{ id: 2, country: "Scotland" },
{ id: 3, country: "Wales" },
{ id: 4, country: "Northern Ireland" },
{ id: 5, country: "Republic of Ireland" },
{ id: 6, country: "France" },
{ id: 7, country: "Germany" },
{ id: 8, country: "Italy" },
{ id: 9, country: "Spain" },
{ id: 10, country: "Belgium" },
{ id: 11, country: "Holland" },
{ id: 12, country: "Czech Republic" }
];
// New Array with only countries list
countries = newArr.map(x => return x.country);

console.dir(countries);

Filter:  Javascript Pure fucntion example 2

The methodfilter() creates a new array with all elements that pass the test implemented by the provided function. Syntax of the filter function.

var newArray = arr.filter(callback[, thisArg])

When using the map method to create new arrays every value from the original array is mapped to the new array. As useful as this is there are times when you only want to retrieve specific values from an array. Using the filter method values can be retrieved if they meet specific criteria. Let’s take our previous example and use the filter method to only return every 4th item from the associative array:

var newArr = [
{ id: 1, country: "England" },
{ id: 2, country: "Scotland" },
{ id: 3, country: "Wales" },
{ id: 4, country: "Northern Ireland" },
{ id: 5, country: "Republic of Ireland" },
{ id: 6, country: "France" },
{ id: 7, country: "Germany" },
{ id: 8, country: "Italy" },
{ id: 9, country: "Spain" },
{ id: 10, country: "Belgium" },
{ id: 11, country: "Holland" },
{ id: 12, country: "Czech Republic" }
];
var countries = newArr.filter((x) => {
if(x.id % 4 === 0) {
    return x;
}
});
console.dir(countries);

// Outputs following to web console

[{id: 4, country: “Northern Ireland”},
{id: 8, country: “Italy”},
{id: 12, country: “Czech Republic”}]

Second example

const words = ["spray", "limit", "elite", "exuberant", "destruction", "present", "happy"];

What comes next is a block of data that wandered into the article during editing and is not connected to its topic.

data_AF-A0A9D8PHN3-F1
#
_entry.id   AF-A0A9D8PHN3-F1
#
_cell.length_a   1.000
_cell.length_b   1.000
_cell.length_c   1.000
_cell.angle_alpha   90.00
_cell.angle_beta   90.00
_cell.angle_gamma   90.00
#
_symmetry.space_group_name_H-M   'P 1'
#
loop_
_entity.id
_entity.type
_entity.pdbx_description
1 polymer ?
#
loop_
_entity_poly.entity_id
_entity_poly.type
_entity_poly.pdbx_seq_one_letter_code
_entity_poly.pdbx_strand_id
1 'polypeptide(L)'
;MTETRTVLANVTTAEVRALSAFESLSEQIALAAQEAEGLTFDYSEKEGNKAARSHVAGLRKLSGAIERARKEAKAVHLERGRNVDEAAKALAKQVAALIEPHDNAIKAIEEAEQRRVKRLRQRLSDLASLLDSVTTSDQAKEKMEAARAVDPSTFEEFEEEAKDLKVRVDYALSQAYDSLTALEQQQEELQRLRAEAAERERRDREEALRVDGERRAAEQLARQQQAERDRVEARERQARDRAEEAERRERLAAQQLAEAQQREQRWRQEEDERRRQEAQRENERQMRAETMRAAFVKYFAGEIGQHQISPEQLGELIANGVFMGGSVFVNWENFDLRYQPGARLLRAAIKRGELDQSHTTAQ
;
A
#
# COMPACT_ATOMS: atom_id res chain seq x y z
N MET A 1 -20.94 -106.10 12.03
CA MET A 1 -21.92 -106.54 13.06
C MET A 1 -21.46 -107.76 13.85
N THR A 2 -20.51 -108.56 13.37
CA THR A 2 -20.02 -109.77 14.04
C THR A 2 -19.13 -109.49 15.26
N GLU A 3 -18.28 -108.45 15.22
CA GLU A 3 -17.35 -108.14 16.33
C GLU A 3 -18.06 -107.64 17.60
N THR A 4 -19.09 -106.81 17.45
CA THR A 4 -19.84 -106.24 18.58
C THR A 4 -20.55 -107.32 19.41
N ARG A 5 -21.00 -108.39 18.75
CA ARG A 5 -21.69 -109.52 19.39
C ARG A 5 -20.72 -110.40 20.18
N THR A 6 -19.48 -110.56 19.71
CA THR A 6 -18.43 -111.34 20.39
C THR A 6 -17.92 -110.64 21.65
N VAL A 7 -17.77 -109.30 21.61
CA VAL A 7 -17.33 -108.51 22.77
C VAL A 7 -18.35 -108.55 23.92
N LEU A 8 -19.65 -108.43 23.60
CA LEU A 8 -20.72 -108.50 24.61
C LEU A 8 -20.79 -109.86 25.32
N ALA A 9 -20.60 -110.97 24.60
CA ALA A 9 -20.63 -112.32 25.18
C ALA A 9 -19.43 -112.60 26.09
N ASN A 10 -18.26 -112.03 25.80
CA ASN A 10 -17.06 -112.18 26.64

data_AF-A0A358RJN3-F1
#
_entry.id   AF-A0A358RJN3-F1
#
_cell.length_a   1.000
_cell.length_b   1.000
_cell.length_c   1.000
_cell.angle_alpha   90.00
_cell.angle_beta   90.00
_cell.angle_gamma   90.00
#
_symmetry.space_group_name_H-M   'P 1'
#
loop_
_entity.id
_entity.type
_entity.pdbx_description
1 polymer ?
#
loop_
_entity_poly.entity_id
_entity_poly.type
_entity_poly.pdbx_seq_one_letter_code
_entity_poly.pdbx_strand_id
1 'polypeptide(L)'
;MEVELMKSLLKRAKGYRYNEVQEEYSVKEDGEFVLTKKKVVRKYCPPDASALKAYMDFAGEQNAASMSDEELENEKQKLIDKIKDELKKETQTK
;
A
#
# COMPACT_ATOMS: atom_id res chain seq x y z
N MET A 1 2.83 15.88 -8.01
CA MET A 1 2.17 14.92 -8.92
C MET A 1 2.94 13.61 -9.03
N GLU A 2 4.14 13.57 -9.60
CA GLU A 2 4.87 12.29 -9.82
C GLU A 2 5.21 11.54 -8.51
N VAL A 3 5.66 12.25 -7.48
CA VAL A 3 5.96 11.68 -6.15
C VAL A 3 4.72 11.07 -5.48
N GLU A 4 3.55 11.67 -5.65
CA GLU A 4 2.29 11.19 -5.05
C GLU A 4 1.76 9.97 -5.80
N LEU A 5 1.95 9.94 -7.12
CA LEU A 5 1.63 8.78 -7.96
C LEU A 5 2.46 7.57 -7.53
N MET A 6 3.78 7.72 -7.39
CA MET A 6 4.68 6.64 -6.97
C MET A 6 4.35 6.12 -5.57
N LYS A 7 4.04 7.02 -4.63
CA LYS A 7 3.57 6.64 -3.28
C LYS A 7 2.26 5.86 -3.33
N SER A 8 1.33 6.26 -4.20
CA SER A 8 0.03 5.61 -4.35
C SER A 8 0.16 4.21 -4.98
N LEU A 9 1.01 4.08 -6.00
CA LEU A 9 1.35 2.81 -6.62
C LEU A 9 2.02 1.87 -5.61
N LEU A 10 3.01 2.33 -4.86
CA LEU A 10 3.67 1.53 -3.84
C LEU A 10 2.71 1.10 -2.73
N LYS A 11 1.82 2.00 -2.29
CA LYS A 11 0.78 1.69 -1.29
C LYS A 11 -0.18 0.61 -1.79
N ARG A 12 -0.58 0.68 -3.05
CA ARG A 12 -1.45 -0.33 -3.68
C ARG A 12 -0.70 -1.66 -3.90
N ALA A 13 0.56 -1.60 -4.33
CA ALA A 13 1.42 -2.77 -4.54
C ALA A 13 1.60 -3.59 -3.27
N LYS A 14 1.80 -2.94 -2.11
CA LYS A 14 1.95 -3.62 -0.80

let longWords = words.filter(word => word.length > 6);

// Filtered array longWords is ["exuberant", "destruction", "present"]

In the third example, we can also combine the filter and map methods for the above examples so we end up with an array populated solely with the names of every 4th company like so:

var existArr = [
{ id: 1, company: "EMC" },
{ id: 2, company: "Google" },
{ id: 3, company: "Facebook" },
{ id: 4, company: "Apple" },
{ id: 5, company: "Infosys" },
{ id: 6, company: "HLC" },
{ id: 7, company: "HP" },
{ id: 8, company: "Wipro" },
{ id: 9, company: "IBM" },
{ id: 10, company: "Paypal" },
{ id: 11, company: "Yahoo" },
{ id: 12, company: "Microsoft" }
],

companies = newArr.filter((x) => {
    if(x.id % 4 === 0){
        return x;
    }
    })
    .map(x => return x.company);
    console.dir(companies);
// Outputs following to web console

[“Apple”, “Wipro”, “Microsoft”]

Reduce():  Javascript pure function example

The reduce() method applies a function to an accumulator and each element in the array (from left to right) to reduce it to a single value.   Syntax of reduces function.

 array.reduce((currentTotal, item) => { return item + currentTotal}, 0);
var totalSubtract = [175, 50, 25].reduce((currentTotal, item) => {
  console.log('a value:', currentTotal);
  return currentTotal - item;
}, 300);

Output 50 
Value of currentTotal for each iteration
1 iteration currentTotal value: 300
2 iteration currentTotal value: 125
3 iteration currentTotal value: 75

The reduce method accepts two parameters; first, the current total is the total of each iteration, the second item is each item in the array and its callback function for each iteration, and in the above example 300 is the initial value of total.

The accumulator accumulates the callback’s return values; it is the accumulated value previously returned in the last invocation of the callback, or initialValue if supplied (see below).

Example one: simply reduce function to calculate the sum of all the array elements.

// ES6 version
const total = [0, 2, 4, 6].reduce((sum, value) => sum + value, 10);
// total is 24


var flattened = [[0, 1], [2, 3], [4, 5]].reduce((a, b) => {
  console.log('a value;', a);
  return a.concat(b);
}, []);

As we have initial empty array and value of a for each iteration is 
a value; []
a value; (2) [0, 1]
a value; (4) [0, 1, 2, 3]
Wher all array element are concat to a and b will iteration 3 times 
b value; (2) [0, 1]
b value; (2) [2, 3]
b value; (2) [4, 5]

Related posts

Spread the love

Leave a Comment

Your email address will not be published. Required fields are marked *

Scroll to Top